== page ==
There are three things that can wreck any project, no matter how good its intentions: apathy, corner-cutting and ignorance. Only one of these is required to kill a project outright.
Sadly, it seems that CityNet, Metro’s initiative to build an “information infrastructure,” is suffering from all three. Fortunately, it’s not Metro’s fault, and there’s hope yet.
First, an explanation of CityNet for the uninitiated: Think of a standard two-lane road. Visualize this road running from Brentwood to San Francisco, and a second road running from San Francisco to Nashville. There are no other roads between Brentwood and Nashville, so to travel between the two places, you’ll have to visit San Francisco first, whether you like it or not.
That’s the situation Internet users in Nashville had to deal with just last year. In some cases, a message sent from one Internet provider to another across the city would have to be routed through San Francisco first.
CityNet functions just about the same as I-440 does: It is a high-speed beltway that is the shortest path between two points. It helps providers offer fast, reliable in-city communications. Nonetheless, CityNet suffers from a public relations problem. Nowhere was this more in evidence than in the packed room at the BellSouth building last Tuesday, where Metro and MCA Records held a CityNet pep talk.
Some of the biggest names from the largest recording labels in town were in attendance. The idea behind the rally was to introduce some of these labels to CityNet and get them behind the idea. Mayor Bredesen was there, offering to-the-point tutorials on the Internet to start the meeting off on the right note.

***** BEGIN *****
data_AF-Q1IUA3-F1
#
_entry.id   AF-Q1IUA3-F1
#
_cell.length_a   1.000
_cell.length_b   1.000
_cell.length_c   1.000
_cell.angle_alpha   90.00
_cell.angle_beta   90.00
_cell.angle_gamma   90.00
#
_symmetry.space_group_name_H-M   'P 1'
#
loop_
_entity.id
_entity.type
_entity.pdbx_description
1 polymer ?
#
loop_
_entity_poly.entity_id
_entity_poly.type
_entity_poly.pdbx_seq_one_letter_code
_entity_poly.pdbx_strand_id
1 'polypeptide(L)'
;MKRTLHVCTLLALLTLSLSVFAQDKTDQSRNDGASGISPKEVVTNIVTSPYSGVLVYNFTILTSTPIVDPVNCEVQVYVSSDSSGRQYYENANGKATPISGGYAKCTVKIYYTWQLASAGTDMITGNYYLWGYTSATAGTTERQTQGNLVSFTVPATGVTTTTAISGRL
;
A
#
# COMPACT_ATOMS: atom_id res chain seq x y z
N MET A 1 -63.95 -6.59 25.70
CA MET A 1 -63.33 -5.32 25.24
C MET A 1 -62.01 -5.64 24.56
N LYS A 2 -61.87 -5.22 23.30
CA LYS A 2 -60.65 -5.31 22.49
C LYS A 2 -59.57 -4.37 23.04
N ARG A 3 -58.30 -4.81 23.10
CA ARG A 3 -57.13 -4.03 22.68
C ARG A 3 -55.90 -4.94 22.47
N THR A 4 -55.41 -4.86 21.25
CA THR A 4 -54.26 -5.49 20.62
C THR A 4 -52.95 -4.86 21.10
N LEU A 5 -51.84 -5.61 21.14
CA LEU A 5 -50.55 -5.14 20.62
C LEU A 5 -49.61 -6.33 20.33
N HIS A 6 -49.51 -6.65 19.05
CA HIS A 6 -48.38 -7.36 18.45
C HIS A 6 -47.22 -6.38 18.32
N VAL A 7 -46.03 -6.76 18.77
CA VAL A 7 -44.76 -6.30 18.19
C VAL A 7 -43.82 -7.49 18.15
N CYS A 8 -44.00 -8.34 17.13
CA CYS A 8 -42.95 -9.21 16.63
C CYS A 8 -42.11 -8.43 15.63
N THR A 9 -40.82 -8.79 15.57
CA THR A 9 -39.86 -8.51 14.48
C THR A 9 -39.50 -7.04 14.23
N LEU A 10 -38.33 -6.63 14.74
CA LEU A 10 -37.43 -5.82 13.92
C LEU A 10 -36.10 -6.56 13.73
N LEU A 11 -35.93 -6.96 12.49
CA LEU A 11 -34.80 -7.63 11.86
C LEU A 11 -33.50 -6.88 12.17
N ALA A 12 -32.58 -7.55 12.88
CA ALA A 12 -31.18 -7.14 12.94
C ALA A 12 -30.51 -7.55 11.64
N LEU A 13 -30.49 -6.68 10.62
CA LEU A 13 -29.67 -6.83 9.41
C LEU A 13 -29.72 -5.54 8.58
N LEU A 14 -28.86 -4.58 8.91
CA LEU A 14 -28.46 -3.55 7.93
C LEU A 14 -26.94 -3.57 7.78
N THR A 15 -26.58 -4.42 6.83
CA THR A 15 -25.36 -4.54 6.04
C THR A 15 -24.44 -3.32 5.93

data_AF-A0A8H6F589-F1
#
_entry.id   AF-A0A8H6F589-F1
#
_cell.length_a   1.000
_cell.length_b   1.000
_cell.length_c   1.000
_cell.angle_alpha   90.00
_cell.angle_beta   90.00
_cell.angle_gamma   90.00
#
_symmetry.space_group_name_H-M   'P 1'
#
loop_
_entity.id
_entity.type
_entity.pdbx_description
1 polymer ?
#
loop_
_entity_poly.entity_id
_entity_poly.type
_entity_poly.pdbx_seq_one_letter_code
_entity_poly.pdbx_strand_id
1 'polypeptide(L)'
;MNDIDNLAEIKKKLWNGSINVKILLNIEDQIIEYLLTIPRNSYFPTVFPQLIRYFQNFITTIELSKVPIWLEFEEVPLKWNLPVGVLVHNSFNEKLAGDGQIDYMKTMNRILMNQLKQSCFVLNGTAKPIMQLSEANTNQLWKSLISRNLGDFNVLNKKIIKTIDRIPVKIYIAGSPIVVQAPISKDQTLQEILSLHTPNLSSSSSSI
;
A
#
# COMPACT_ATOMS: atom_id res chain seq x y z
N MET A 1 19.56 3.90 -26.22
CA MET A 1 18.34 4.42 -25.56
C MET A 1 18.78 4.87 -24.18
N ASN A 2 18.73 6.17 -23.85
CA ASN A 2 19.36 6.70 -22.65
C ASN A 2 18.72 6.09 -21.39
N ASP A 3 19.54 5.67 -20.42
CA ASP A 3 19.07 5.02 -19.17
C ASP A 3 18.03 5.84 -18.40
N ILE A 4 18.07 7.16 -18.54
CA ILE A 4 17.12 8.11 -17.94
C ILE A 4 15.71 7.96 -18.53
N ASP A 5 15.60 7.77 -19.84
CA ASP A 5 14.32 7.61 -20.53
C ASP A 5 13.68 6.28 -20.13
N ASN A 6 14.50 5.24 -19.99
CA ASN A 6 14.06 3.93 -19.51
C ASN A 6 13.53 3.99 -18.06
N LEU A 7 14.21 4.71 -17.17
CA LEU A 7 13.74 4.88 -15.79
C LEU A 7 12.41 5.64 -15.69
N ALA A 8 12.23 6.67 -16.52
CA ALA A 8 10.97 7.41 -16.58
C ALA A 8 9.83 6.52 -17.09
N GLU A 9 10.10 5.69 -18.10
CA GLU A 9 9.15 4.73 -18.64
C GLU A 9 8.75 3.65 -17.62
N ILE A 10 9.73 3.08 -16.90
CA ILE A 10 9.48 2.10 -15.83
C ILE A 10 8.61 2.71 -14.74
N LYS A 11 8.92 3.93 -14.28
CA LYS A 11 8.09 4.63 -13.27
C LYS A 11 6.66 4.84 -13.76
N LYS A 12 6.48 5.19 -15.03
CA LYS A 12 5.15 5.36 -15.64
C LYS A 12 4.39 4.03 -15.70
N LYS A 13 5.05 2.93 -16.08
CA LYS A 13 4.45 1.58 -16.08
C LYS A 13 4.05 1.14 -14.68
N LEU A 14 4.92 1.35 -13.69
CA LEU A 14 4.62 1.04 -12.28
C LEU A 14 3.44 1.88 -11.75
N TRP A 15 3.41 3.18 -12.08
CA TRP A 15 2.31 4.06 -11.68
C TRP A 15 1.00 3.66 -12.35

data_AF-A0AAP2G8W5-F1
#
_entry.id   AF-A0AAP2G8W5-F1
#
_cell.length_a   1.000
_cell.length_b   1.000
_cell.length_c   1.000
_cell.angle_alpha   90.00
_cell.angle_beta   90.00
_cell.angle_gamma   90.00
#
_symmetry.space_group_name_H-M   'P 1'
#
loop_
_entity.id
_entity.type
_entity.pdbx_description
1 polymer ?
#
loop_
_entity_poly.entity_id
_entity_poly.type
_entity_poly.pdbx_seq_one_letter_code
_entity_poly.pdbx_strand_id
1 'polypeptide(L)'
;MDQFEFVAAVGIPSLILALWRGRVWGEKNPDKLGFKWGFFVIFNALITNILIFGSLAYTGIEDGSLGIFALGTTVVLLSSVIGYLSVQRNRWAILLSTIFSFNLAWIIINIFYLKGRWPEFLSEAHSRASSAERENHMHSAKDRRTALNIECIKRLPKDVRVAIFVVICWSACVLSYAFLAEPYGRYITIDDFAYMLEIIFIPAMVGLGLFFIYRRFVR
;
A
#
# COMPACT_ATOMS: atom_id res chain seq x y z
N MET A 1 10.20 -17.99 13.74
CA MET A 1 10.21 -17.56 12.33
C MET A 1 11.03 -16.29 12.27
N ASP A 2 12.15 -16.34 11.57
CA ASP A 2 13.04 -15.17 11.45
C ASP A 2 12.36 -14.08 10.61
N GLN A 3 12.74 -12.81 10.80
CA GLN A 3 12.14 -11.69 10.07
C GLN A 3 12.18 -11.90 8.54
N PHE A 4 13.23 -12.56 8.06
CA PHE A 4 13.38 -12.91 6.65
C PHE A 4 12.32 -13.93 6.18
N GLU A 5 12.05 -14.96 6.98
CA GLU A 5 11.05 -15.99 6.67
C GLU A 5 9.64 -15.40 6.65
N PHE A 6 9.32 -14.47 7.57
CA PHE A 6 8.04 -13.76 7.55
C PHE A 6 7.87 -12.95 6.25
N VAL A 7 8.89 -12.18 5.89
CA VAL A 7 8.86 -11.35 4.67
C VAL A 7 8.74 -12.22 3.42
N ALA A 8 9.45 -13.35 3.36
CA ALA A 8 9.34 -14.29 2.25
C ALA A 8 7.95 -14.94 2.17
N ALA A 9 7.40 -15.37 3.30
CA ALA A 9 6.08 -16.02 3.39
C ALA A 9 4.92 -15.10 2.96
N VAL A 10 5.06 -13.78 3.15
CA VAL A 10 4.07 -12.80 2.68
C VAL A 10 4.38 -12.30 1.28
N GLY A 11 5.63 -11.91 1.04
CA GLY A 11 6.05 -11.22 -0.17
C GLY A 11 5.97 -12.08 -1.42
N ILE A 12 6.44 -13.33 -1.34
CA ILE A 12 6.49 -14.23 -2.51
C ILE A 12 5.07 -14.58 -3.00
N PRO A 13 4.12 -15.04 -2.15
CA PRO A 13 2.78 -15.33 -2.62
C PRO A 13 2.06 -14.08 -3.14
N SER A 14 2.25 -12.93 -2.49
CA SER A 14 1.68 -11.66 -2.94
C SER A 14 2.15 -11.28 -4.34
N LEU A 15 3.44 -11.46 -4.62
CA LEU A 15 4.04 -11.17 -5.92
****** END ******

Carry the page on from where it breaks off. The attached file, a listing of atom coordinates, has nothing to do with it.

The demonstrations went well, and the excitement was reaching fever-pitch when the question and answer period began with these queries: “So, can I drop America Online if I get CityNet?” “Will AOL be faster if I go through CityNet?” “Do I buy CityNet connections from Metro?”
Patiently, CityNet workers answered each question. No, you don’t have to drop America Online for CityNetthe two are not the same thing. No, AOL will not be faster, but service here in Nashville will be. No, you can’t buy Internet access from Metro, but any provider in the city will sell you access.
There were nodded affirmations from the crowd, but no shortage of blank stares. I have no doubt that somewhere in Nashville some music industry folks are sitting around a table still wondering just what the hell CityNet really is.
With time, Metro should be able to educate people. To do that it’s going to have to start spending some money on marketing CityNet and getting its message across. Otherwise, such corner-cutting is going to result in still more apathy and ignorance.
♦ If you’ve watched “Must-See TV” within the past two weeks, you have seen the promos for an NBC movie of the week, Deadly Web. I have just a few comments to make about this...“program.”
The promotions are quite effective. Over shots of explosions, eerily-lit scenes and grimacing faces, an announcer throatily intones, “It happened to them, it could happen to you: He wants her child, and he wants her dead.”
The movie’s premise is simple: A family is stalked and terrorized by a computer assailant. It stars, among other notables, Robin Quivers of the Howard Stern radio show.
From the sensational way in which the story is pitched, one would think it is a true story. It is not. In fact, it’s not even based on a true story. In fact, it gives Mel Brooks points for accuracy in his History of the World.
Hollywood, it seems, would have us believe that our phones are bugged, our computers are unsafe, our friends are fake and only Oliver Stone knows the whole truth. It is for this reason alone that I’m ignoring this movie, hoping it will go away with nary a peep in the Nielsens to placate the network.